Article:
You should take a look at these employee engagement statistics to have a better insight into what makes employees more engaged, what discourages them, how employee development should be implemented in a company’s business strategy, and why it’s so important.
Employee engagement can have a significant impact on the company’s advancement, revenues, and overall success.
Therefore, managers need to have an excellent strategy to motivate their employees to be more interested in their work.
By providing everything their employees need, such as flexibility and recognition, managers can boost their productivity.
The Main Employee Engagement Stats (Editor’s Choice)
- Disengaged workers cost American companies up to $550 billion per year.
- Highly engaged workers can boost company profitability by 21%.
- Engaged employees are 44% more productive than the ones who aren’t.
- Workers who feel like their opinion is valued are 4.6 times more likely to perform better.
- 96% of workers say that empathy from the organization is important to them.
- Around 50% of employees are somewhat disengaged.
- Employee turnover costs a company around 21% of their annual salary.
Important Employee Engagement Statistics in 2021
Many employers have a hard time figuring out what their employees need to feel more engaged and happy at their jobs—in fact, a lot of employers are incredulous to the fact that a lot of it has to do with them.
1. 29% of employees changed their job because of their boss.
So what do statistics say about why employees quit? Employees are willing to change their jobs because of better company culture, a 9% bigger salary, or being underpaid.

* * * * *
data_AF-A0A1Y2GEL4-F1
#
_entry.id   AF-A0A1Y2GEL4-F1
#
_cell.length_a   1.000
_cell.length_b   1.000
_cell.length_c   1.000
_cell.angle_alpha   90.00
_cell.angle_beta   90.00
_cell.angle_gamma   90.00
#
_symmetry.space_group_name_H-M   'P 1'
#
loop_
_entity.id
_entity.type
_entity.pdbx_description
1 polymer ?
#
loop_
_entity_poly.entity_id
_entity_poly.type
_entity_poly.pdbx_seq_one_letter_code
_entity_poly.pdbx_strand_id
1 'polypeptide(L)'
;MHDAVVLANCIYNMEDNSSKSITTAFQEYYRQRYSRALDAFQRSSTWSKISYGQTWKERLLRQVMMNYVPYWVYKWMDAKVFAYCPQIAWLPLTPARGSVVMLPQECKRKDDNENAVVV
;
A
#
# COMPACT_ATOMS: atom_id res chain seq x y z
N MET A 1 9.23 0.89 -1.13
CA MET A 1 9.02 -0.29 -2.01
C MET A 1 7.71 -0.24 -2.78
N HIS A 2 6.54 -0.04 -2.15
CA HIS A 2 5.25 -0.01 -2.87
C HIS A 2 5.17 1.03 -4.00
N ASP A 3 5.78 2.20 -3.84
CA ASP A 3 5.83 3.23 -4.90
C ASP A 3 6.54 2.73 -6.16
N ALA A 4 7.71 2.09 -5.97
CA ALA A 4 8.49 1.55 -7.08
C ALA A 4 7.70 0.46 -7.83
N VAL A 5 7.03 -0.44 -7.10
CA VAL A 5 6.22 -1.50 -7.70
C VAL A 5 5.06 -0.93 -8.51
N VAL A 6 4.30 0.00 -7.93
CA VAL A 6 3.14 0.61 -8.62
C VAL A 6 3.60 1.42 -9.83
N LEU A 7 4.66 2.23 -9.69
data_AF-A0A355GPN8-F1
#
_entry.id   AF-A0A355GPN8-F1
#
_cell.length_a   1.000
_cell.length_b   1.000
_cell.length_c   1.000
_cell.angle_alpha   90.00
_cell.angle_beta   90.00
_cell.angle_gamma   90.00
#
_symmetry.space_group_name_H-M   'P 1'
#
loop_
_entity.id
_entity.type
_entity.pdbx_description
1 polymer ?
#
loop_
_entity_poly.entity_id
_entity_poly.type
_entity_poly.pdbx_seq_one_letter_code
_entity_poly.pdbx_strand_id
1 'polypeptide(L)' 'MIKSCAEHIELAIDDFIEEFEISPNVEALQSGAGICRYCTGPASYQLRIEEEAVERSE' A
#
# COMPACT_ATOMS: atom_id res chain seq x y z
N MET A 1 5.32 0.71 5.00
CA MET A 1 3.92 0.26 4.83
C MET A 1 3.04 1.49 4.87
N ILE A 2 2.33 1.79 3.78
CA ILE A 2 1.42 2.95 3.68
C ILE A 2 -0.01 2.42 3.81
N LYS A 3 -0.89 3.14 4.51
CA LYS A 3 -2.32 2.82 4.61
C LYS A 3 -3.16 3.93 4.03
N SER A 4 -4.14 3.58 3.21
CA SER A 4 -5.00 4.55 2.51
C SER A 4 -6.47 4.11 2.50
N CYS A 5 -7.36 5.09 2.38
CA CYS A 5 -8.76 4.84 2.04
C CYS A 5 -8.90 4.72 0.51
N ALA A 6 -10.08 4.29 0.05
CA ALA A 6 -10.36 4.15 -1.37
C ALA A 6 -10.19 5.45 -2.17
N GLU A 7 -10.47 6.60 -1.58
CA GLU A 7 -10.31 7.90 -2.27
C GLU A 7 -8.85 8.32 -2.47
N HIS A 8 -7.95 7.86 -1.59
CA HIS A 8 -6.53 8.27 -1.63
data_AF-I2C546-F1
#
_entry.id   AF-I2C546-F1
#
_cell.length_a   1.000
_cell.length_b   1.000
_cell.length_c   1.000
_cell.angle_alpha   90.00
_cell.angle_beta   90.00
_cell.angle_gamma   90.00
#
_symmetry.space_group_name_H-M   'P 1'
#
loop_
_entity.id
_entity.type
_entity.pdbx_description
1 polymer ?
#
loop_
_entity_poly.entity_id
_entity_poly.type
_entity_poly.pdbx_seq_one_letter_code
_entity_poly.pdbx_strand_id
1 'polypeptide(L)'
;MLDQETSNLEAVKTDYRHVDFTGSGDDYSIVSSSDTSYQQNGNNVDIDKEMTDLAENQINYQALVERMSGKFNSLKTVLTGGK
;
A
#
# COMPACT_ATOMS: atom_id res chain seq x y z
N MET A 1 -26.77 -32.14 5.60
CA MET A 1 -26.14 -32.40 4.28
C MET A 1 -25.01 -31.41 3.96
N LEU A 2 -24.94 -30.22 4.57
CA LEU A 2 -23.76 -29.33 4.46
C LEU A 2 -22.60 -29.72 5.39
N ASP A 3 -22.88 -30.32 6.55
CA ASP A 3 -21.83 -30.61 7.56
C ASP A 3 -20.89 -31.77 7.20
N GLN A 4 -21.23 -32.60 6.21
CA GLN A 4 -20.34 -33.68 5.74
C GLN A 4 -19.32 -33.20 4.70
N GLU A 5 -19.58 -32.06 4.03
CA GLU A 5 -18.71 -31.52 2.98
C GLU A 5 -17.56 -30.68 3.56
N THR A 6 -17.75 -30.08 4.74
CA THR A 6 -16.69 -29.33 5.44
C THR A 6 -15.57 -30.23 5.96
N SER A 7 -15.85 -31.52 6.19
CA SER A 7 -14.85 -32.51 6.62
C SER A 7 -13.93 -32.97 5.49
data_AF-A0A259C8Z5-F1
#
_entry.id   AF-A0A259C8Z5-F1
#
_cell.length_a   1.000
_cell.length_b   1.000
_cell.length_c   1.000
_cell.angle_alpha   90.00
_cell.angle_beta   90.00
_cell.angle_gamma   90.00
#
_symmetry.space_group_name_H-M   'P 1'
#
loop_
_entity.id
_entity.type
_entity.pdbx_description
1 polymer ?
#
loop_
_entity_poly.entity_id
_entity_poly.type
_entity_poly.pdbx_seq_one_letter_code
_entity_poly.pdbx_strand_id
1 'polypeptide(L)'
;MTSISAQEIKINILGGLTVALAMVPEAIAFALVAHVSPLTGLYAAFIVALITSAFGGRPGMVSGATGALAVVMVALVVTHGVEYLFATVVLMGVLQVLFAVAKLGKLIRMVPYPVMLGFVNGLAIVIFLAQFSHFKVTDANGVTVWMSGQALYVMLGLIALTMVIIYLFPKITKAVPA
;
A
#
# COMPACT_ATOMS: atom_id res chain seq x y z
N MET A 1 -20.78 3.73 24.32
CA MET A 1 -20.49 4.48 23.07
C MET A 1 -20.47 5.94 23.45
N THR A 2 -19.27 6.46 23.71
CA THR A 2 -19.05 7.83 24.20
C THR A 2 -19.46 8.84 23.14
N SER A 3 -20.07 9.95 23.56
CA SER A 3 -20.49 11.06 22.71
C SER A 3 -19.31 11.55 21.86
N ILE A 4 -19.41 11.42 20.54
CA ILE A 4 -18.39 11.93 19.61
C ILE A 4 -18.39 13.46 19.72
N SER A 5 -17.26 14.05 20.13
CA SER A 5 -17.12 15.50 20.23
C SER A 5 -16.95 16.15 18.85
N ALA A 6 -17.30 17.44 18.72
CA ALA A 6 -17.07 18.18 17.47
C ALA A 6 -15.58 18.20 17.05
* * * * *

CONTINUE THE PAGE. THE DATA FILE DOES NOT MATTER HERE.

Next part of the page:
Younger employees are the ones who usually take issue with a bad boss. Simultaneously, baby boomers and Generation X—so everyone born between 1946 and 1980—would prefer a bad boss over being underpaid.
2. In the past few years, 88% of people would consider pursuing a new job opportunity.
Around 33% of survey respondents in the CareerBuilder survey stated that they didn’t want “just a job.”
Employee engagement data, along with many studies, reveal that many workers were open to different and new job opportunities.
3. Disengaged workers cost American companies up to $550 billion per year.
The sum is, in reality, anywhere between $450 and $550 billion. The same report shows that 95% of employees can recognize getting disengaged in the workplace.
There are many ways employers can avoid this happening to their workers,—and companies—such as assigning compelling tasks and curating highly trusted relationships.
4. According to an employee engagement survey, statistics indicated that being a part of the team makes an employee 2.3 times more engaged.
As statistics from 2019 point out, teamwork is also an essential contributor to employee engagement.